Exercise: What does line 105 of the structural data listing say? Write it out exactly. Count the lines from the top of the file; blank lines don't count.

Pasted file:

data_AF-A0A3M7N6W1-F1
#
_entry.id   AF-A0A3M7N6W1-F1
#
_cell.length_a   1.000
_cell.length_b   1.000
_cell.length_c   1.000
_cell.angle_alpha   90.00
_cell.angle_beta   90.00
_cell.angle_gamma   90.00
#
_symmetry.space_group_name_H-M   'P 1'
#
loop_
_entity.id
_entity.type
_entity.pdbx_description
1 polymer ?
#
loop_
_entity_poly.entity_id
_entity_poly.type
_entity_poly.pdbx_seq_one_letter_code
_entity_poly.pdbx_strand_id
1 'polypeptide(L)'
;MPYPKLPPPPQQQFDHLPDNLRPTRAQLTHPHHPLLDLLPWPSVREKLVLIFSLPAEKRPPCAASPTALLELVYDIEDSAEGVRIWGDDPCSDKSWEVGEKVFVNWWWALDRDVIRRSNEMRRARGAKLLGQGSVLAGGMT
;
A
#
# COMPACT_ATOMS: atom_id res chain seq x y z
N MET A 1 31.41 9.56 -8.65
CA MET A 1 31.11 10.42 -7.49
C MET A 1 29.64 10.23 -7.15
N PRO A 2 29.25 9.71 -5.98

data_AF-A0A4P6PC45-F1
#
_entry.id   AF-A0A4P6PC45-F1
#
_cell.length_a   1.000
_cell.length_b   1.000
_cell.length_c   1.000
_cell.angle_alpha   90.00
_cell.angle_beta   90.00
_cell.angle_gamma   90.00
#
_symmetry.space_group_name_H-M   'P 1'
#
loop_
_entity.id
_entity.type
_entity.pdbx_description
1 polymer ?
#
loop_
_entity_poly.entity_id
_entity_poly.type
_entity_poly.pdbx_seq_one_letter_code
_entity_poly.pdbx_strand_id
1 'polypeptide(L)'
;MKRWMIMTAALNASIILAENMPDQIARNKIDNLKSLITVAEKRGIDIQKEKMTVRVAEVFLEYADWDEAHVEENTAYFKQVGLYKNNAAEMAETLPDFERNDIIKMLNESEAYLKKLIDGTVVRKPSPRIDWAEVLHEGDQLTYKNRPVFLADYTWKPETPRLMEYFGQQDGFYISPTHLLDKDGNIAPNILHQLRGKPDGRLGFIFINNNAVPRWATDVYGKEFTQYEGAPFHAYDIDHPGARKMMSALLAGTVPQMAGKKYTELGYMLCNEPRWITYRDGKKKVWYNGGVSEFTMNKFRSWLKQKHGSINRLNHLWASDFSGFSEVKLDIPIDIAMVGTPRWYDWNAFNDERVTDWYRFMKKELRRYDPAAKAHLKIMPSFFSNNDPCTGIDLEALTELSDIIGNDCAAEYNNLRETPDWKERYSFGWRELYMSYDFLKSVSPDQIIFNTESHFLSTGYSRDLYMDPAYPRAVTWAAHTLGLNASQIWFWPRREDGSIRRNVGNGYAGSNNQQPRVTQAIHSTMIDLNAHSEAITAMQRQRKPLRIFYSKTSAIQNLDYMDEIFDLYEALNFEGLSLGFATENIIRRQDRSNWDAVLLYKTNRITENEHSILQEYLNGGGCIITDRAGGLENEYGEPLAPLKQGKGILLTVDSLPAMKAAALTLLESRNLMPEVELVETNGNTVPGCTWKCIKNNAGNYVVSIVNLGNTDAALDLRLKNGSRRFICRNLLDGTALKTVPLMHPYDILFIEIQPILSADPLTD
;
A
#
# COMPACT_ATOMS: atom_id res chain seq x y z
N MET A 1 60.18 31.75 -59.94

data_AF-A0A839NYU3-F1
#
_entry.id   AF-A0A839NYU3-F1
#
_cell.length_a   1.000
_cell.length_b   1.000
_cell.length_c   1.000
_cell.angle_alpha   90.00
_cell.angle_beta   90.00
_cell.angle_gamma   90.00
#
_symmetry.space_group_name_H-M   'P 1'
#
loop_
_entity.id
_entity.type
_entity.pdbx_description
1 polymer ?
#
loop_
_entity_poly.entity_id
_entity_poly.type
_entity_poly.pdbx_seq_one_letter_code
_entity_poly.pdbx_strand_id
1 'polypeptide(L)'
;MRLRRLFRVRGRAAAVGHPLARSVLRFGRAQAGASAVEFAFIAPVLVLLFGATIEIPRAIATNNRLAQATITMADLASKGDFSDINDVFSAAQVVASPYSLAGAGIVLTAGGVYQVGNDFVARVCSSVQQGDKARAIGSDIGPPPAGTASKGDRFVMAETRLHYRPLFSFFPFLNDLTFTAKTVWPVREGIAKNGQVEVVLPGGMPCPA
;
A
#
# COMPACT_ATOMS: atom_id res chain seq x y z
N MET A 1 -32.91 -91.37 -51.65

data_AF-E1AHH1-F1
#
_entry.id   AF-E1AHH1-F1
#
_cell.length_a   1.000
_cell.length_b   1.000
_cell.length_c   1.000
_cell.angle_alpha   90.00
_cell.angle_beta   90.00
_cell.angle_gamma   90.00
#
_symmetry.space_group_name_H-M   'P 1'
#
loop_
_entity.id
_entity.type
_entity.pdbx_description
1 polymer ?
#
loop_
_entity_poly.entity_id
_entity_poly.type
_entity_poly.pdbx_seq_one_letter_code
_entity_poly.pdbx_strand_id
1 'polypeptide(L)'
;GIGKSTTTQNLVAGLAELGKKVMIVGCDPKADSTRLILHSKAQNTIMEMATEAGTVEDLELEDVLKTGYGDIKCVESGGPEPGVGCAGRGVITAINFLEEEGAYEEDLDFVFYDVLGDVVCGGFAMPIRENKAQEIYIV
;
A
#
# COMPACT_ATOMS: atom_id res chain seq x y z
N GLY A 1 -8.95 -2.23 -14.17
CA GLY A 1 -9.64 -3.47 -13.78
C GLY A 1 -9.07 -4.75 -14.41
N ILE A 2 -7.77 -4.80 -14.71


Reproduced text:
_cell.angle_beta   90.00